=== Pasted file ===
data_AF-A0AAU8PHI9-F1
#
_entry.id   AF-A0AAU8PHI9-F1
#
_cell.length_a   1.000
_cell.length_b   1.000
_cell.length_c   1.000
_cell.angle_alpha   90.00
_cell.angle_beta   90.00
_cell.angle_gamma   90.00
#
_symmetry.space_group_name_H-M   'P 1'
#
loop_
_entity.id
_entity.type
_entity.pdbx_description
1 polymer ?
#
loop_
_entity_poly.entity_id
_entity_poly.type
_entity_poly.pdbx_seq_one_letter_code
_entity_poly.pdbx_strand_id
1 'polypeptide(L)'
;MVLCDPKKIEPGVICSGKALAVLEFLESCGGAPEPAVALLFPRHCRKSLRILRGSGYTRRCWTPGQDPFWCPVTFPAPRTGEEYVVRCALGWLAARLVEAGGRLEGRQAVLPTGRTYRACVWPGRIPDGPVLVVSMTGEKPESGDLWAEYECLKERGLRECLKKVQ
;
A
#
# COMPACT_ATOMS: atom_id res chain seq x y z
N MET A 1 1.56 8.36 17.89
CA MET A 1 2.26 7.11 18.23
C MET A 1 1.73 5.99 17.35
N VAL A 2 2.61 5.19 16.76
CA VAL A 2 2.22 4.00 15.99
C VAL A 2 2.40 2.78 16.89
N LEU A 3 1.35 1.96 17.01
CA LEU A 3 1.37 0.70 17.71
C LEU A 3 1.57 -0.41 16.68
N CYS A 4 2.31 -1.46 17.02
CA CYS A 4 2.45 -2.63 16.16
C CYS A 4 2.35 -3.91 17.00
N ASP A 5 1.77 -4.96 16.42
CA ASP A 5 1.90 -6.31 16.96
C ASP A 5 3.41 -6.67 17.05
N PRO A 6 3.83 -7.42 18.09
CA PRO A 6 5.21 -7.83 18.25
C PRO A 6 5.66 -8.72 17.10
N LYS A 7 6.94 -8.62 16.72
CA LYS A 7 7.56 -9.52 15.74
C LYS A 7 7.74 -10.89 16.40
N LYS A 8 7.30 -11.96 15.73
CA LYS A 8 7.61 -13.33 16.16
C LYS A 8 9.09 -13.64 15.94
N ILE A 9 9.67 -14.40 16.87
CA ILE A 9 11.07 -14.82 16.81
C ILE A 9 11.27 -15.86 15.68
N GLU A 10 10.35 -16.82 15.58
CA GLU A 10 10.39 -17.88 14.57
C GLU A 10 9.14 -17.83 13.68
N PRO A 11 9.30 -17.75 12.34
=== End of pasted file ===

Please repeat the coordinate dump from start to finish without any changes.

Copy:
data_AF-A0AAU8PHI9-F1
#
_entry.id   AF-A0AAU8PHI9-F1
#
_cell.length_a   1.000
_cell.length_b   1.000
_cell.length_c   1.000
_cell.angle_alpha   90.00
_cell.angle_beta   90.00
_cell.angle_gamma   90.00
#
_symmetry.space_group_name_H-M   'P 1'
#
loop_
_entity.id
_entity.type
_entity.pdbx_description
1 polymer ?
#
loop_
_entity_poly.entity_id
_entity_poly.type
_entity_poly.pdbx_seq_one_letter_code
_entity_poly.pdbx_strand_id
1 'polypeptide(L)'
;MVLCDPKKIEPGVICSGKALAVLEFLESCGGAPEPAVALLFPRHCRKSLRILRGSGYTRRCWTPGQDPFWCPVTFPAPRTGEEYVVRCALGWLAARLVEAGGRLEGRQAVLPTGRTYRACVWPGRIPDGPVLVVSMTGEKPESGDLWAEYECLKERGLRECLKKVQ
;
A
#
# COMPACT_ATOMS: atom_id res chain seq x y z
N MET A 1 1.56 8.36 17.89
CA MET A 1 2.26 7.11 18.23
C MET A 1 1.73 5.99 17.35
N VAL A 2 2.61 5.19 16.76
CA VAL A 2 2.22 4.00 15.99
C VAL A 2 2.40 2.78 16.89
N LEU A 3 1.35 1.96 17.01
CA LEU A 3 1.37 0.70 17.71
C LEU A 3 1.57 -0.41 16.68
N CYS A 4 2.31 -1.46 17.02
CA CYS A 4 2.45 -2.63 16.16
C CYS A 4 2.35 -3.91 17.00
N ASP A 5 1.77 -4.96 16.42
CA ASP A 5 1.90 -6.31 16.96
C ASP A 5 3.41 -6.67 17.05
N PRO A 6 3.83 -7.42 18.09
CA PRO A 6 5.21 -7.83 18.25
C PRO A 6 5.66 -8.72 17.10
N LYS A 7 6.94 -8.62 16.72
CA LYS A 7 7.56 -9.52 15.74
C LYS A 7 7.74 -10.89 16.40
N LYS A 8 7.30 -11.96 15.73
CA LYS A 8 7.61 -13.33 16.16
C LYS A 8 9.09 -13.64 15.94
N ILE A 9 9.67 -14.40 16.87
CA ILE A 9 11.07 -14.82 16.81
C ILE A 9 11.27 -15.86 15.68
N GLU A 10 10.35 -16.82 15.58
CA GLU A 10 10.39 -17.88 14.57
C GLU A 10 9.14 -17.83 13.68
N PRO A 11 9.30 -17.75 12.34